Why choose indigenous plants

Many people, when deciding on plants and trees for their yard, choose those that offer to fulfill whatever needs they might have: shade or smell for example. Some might choose a bush that attracts butterflies or blooms with beautiful flowers, but often whether the plant is native to your area is overlooked.

Why is it important to choose indigenous plants?

The native acacia tortuosa

To be selfish, they’re easier.

Probably the most important to the plant owner is not whether the plant is pretty, but actually whether you can keep it alive. There’s certainly no point in spending hundreds of dollars on a plant that will look pretty for a few weeks before looking weak and eventually dying.

Native plants thrive in our soil. In South Florida that can be rare as our soil is sandy, and prone to dryness and flooding, depending on the season. Our native plants are more likely to withstand our weather conditions – long periods of drought and baking full sun followed by rainy seasons.

Unfortunately no one and no plant is built to withstand hurricanes; those are simply nature’s way of spring cleaning, although the healthiest spots of our gorgeous Everglades consistently bounce back after storm devastation, showing the resilience of our ecosystem. Sadly, hurricanes also spread non-native species by blowing seeds across the landscape.

After Andrew passed, wetland marshes that had supported concentrations of apple snails, crayfish, and grass shrimp became thickets of melaleuca and Australian pine growth.”

So, having non native plants in your yard can have further reaching effects than you may expect.

The native milkweed - a butterfly attractor

They’re cheaper

These are native plants, grown in the wild. They aren’t shipped in from California or transported from Mexico and so the cost is lower.

They mix well with others.

Sometimes two people from different cultures have a hard time overcoming cultural barriers, language differences and expected etiquette, right? Same with plants. A melaleuca tree, for example, tends to be bossy and won’t play well with our native mangroves. Those plants and tress that grew up together though have learned how to get along and they won’t kill each other off when you’re not looking (that being said, healthy vines can certainly take over of you don’t keep them maintained!)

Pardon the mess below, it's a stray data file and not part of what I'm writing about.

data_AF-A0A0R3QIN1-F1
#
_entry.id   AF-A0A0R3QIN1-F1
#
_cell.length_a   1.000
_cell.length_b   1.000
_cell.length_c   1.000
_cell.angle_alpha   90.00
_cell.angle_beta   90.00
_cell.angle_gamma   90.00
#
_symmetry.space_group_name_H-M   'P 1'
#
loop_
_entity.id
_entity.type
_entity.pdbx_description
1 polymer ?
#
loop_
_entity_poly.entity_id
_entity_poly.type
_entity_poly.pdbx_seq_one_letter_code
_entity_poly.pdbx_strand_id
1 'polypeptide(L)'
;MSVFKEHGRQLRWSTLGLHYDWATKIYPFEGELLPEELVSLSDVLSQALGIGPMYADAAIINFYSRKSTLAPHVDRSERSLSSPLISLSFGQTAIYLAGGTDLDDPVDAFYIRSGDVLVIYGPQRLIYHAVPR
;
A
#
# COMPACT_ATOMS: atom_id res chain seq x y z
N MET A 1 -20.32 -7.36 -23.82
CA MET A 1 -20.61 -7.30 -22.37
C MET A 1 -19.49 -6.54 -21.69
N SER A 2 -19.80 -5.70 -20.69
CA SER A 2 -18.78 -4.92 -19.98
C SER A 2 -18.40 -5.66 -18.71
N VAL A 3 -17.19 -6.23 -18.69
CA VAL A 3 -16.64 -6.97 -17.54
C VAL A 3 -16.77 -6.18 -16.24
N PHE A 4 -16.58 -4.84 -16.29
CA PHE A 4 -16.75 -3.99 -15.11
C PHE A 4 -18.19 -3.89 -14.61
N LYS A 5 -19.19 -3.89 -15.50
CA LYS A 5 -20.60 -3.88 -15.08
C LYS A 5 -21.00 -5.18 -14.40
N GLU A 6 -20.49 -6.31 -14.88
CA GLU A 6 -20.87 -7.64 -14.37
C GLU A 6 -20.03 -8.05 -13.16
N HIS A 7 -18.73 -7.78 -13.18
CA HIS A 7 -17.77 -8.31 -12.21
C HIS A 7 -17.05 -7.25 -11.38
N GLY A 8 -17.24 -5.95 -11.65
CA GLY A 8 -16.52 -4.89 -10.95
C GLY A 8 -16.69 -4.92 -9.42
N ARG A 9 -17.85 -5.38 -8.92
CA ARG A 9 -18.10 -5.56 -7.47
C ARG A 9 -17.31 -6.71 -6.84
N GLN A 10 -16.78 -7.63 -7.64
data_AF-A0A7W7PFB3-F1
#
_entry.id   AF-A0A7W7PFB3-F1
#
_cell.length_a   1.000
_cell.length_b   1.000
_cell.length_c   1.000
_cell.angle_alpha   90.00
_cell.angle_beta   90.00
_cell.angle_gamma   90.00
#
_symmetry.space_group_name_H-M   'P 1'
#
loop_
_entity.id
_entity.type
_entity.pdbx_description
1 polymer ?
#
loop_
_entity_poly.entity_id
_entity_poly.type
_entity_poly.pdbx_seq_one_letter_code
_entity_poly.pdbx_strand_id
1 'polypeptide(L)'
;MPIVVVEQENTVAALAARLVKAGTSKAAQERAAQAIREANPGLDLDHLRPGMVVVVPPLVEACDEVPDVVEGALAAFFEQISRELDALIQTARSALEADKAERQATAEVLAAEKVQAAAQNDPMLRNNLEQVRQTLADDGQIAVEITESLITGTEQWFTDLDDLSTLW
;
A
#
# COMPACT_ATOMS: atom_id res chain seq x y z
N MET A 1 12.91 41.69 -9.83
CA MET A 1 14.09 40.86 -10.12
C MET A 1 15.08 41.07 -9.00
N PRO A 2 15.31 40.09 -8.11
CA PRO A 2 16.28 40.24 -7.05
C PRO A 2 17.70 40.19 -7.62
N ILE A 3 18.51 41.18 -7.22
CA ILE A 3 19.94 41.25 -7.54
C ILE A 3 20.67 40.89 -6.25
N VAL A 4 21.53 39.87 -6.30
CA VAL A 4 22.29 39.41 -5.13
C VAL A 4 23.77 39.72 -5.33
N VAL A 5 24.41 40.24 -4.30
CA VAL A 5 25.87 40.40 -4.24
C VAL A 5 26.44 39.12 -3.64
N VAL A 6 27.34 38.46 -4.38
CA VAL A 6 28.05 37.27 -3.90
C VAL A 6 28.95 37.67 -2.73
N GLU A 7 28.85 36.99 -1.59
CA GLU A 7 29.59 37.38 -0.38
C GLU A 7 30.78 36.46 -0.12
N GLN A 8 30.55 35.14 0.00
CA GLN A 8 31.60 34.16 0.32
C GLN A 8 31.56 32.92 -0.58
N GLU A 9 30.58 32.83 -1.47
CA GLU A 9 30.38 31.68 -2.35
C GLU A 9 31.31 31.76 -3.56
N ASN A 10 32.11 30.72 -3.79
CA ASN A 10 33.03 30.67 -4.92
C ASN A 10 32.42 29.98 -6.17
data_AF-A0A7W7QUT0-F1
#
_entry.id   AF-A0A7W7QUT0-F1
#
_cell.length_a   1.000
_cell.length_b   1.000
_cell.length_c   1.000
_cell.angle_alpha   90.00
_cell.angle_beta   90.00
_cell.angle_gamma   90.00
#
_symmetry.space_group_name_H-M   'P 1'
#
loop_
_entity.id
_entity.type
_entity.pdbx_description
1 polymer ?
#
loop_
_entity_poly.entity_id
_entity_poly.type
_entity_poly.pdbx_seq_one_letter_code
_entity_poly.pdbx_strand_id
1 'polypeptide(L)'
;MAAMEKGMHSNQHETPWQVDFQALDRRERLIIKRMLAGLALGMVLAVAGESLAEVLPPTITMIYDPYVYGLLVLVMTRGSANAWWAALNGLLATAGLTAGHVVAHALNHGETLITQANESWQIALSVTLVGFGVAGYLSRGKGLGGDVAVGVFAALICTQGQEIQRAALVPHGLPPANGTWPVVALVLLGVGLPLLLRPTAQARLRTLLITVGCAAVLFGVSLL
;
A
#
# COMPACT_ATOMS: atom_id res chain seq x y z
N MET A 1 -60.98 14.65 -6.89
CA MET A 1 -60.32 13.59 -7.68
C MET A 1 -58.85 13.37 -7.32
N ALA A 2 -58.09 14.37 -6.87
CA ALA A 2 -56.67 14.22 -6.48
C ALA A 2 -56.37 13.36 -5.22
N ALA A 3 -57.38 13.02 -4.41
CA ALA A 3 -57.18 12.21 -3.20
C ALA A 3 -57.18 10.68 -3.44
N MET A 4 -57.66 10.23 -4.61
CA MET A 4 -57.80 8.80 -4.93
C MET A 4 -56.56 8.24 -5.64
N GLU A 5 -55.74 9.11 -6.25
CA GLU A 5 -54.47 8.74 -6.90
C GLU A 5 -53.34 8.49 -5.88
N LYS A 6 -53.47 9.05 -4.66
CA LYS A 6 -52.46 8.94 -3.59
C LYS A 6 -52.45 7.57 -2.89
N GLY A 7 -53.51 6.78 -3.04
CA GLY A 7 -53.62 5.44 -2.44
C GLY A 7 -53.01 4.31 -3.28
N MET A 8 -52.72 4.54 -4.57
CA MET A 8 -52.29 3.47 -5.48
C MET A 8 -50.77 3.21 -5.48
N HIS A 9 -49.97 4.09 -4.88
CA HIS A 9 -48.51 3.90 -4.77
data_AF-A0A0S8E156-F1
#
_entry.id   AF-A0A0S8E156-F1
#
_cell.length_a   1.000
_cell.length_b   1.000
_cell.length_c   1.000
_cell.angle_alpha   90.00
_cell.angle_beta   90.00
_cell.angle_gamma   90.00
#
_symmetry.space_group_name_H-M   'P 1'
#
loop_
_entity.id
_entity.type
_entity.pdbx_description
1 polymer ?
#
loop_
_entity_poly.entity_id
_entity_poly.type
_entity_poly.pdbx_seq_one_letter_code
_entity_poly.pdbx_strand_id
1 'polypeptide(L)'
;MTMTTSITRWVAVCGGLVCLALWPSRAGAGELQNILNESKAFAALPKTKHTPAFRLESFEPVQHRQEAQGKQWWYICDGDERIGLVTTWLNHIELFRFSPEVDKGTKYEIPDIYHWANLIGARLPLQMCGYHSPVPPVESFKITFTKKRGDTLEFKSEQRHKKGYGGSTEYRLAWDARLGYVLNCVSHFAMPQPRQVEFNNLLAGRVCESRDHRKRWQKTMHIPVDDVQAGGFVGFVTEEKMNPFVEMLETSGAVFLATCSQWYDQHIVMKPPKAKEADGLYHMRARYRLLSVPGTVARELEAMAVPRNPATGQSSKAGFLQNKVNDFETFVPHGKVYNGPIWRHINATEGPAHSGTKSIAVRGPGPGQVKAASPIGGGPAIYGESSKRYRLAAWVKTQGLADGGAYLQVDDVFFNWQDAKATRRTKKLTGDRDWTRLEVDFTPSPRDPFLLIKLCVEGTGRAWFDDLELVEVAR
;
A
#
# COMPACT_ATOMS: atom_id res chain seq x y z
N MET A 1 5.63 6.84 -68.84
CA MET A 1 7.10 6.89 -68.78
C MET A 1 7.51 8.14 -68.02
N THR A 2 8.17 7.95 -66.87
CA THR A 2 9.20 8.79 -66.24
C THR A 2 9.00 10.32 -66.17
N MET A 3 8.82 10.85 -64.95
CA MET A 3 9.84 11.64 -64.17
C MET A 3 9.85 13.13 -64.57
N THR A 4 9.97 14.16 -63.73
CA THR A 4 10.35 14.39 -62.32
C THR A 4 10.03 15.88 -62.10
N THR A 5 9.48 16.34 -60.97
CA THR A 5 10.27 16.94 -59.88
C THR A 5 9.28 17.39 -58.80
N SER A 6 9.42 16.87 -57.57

The native swamp dogwood

It’s an accomplishment

You can win a plaque and be recognized for keeping a Florida friendly yard. The University of Florida can help you in so many ways to build a Florida friendly yard. Check out their site: http://fyn.ifas.ufl.edu/faq.htm

To be unselfish, they’re better for our future.

We, in South Florida are lucky lucky folk. We live in paradise: amazing temperatures year round, beautiful beaches, amazing landscapes, good commerce, and a great mix of cultures. Most of us moved here, making us non-native species too, but our reasons were plentiful and we need to keep those reasons thriving, for the tourists that pump up our economy and for our children, who can be considered native.  We need to stand apart from other places in this country and from our countries in order to maintain our originality.

Our wildlife relies on native plants for their well-being and, while many species are adaptive and will continue to thrive with non native plants, some will not. In addition, many non-native species will thrive, driving out or killing off the natives. Of course, we are watching this closely with the growing population of pythons in the Everglades.

The Everglades are an awesome ecosystem on which we, as a population have encroached. In order to do our part to maintain the Everglades welfare, we should stick to native plants and help, in our own small way, to stop the spread of non-native species that threaten it.

Native Wild Allamanda

But will it look like a mess if all my plants are native or wild?

“You can have a yard that protects the environment and looks great too! All kinds of yards, from conventional looking and manicured to more natural looking yards, can be Florida friendly. What makes your landscape Florida friendly is your ability to manage it with minimal use of water, pesticides and fertilizers. You may be able to simply change the way you manage your yard now, or you may need to make some changes in your plants. You will need to accept that a low maintenance yard is not perfect – expect a small amount of pest damage at times and don’t expect a lush green in your lawn at all times. But with careful planning and management, especially in the plants you choose, you can have a yard that is attractive as well as low maintenance. See our photo gallery for examples of different types of yards that are managed in a Florida friendly way.”

 Source: University of Florida

 

How to find native plants for Florida

http://www.floridayards.org/fyplants/index.php

Amazing site that allows you to choose from trees, grasses, groundcovers and find which will work in your yard and which are natives.

http://www.fnps.org/pages/links/plant_links.php

The Florida Native Plant Society gives you a list of sites broken into categories such as wildflowers, trees and grasses.

http://regionalconservation.org/beta/nfyn/plantlist.asp?County=Broward

Regional Conservation lets you look at which plants are native to your county.

 

 

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